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I have done my own ice skating dresses and always used zippers. You don't feel them unless they don't lay flat like they're supposed to. I did do one that had an open back, but it had a turtle-neck, so I did snaps for the collar. Those dresses that have mesh bodices if you look closely there appears to be hook and eye closure on one of the shoulders. Usually, it's the shoulder that is sleeveless even if there is a sleeve on the other side. BTW, if you're doing something that has a mesh-covered cutout you want to build the piece with the mesh covering the fashion fabric, sew the seams along the cutout, and then cut out the fashion fabric leaving just the mesh. The lady at our rink who used to do many of the costumes gave me that tip. She said it's jut too difficult to get the shape you want trying to piece it together.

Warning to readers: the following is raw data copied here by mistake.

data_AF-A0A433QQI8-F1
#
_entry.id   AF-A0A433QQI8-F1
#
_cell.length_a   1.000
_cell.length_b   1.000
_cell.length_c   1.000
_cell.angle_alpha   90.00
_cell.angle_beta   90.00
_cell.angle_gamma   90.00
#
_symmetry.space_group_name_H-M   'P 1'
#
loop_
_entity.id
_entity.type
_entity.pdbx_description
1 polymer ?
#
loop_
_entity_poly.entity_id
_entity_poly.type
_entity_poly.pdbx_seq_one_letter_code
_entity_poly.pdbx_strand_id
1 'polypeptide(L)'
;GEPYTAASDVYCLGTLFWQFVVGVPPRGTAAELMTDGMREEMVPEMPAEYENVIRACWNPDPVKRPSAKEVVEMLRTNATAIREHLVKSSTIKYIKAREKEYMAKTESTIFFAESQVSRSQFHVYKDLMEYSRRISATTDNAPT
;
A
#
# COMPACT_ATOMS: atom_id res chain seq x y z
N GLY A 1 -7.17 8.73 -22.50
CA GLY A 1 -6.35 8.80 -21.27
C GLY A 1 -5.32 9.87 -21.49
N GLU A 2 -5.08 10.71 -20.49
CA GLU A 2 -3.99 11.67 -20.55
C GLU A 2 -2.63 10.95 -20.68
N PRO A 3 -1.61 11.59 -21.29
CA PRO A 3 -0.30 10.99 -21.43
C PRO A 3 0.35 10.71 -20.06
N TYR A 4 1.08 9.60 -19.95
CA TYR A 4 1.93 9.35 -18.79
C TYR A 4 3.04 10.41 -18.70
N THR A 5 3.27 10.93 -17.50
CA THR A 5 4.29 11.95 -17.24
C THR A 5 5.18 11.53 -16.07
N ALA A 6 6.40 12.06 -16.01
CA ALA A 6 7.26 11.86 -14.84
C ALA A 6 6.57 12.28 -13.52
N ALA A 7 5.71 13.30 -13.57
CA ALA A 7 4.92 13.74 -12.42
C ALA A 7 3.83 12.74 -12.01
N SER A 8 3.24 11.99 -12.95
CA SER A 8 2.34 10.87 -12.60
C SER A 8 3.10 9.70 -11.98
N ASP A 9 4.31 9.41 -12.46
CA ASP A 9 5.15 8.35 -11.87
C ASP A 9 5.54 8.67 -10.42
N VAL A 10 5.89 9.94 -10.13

As an aside, I used to wear a leotard that had a snap crotch. Never had a bit of trouble with it, but my coach said he wouldn't trust snaps after some incident he had at a competition once where he had to be sewn in.

I've been skating for over 20 years. There's no glueing going on that I know of. I try to match underwear to the fabric as closely as possible, but really they just suggest no panties. I just don't like no panties.



Edited by Mad Skater 2018-08-16 6:17 PM
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TessainGabriola
Posted 2018-09-22 11:13 PM (#92734 - in reply to #92693)
Subject: Re: Ice Dancing Dresses



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A dancer friend has a "no panties" rule. No panty lines. I think I will not be a dancer. (fat chance at 67!)
Tessa